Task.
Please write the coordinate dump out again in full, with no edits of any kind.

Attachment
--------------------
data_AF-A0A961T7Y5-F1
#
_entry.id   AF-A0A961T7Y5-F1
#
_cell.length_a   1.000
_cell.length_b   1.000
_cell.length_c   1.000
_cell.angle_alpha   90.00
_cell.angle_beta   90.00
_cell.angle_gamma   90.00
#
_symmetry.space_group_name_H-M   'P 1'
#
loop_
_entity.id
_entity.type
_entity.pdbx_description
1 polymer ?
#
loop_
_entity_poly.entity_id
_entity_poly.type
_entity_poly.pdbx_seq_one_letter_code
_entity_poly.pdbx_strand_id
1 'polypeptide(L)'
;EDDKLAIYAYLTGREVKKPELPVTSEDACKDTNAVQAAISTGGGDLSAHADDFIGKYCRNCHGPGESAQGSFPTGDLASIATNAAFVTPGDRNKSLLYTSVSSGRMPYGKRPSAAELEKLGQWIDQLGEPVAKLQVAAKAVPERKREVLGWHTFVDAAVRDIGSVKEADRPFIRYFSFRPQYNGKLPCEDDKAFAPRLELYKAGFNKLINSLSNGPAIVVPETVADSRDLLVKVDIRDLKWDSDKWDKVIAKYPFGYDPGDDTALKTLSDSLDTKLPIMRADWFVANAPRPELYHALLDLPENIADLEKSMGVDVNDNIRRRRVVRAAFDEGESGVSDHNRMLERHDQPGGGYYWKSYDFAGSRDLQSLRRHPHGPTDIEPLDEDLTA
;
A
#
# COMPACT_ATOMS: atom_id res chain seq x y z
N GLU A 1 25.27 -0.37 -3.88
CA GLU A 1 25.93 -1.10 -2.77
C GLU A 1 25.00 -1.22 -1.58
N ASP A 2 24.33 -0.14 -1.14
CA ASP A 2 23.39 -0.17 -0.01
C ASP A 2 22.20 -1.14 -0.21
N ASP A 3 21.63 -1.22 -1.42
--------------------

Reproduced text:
data_AF-A0A961T7Y5-F1
#
_entry.id   AF-A0A961T7Y5-F1
#
_cell.length_a   1.000
_cell.length_b   1.000
_cell.length_c   1.000
_cell.angle_alpha   90.00
_cell.angle_beta   90.00
_cell.angle_gamma   90.00
#
_symmetry.space_group_name_H-M   'P 1'
#
loop_
_entity.id
_entity.type
_entity.pdbx_description
1 polymer ?
#
loop_
_entity_poly.entity_id
_entity_poly.type
_entity_poly.pdbx_seq_one_letter_code
_entity_poly.pdbx_strand_id
1 'polypeptide(L)'
;EDDKLAIYAYLTGREVKKPELPVTSEDACKDTNAVQAAISTGGGDLSAHADDFIGKYCRNCHGPGESAQGSFPTGDLASIATNAAFVTPGDRNKSLLYTSVSSGRMPYGKRPSAAELEKLGQWIDQLGEPVAKLQVAAKAVPERKREVLGWHTFVDAAVRDIGSVKEADRPFIRYFSFRPQYNGKLPCEDDKAFAPRLELYKAGFNKLINSLSNGPAIVVPETVADSRDLLVKVDIRDLKWDSDKWDKVIAKYPFGYDPGDDTALKTLSDSLDTKLPIMRADWFVANAPRPELYHALLDLPENIADLEKSMGVDVNDNIRRRRVVRAAFDEGESGVSDHNRMLERHDQPGGGYYWKSYDFAGSRDLQSLRRHPHGPTDIEPLDEDLTA
;
A
#
# COMPACT_ATOMS: atom_id res chain seq x y z
N GLU A 1 25.27 -0.37 -3.88
CA GLU A 1 25.93 -1.10 -2.77
C GLU A 1 25.00 -1.22 -1.58
N ASP A 2 24.33 -0.14 -1.14
CA ASP A 2 23.39 -0.17 -0.01
C ASP A 2 22.20 -1.14 -0.21
N ASP A 3 21.63 -1.22 -1.42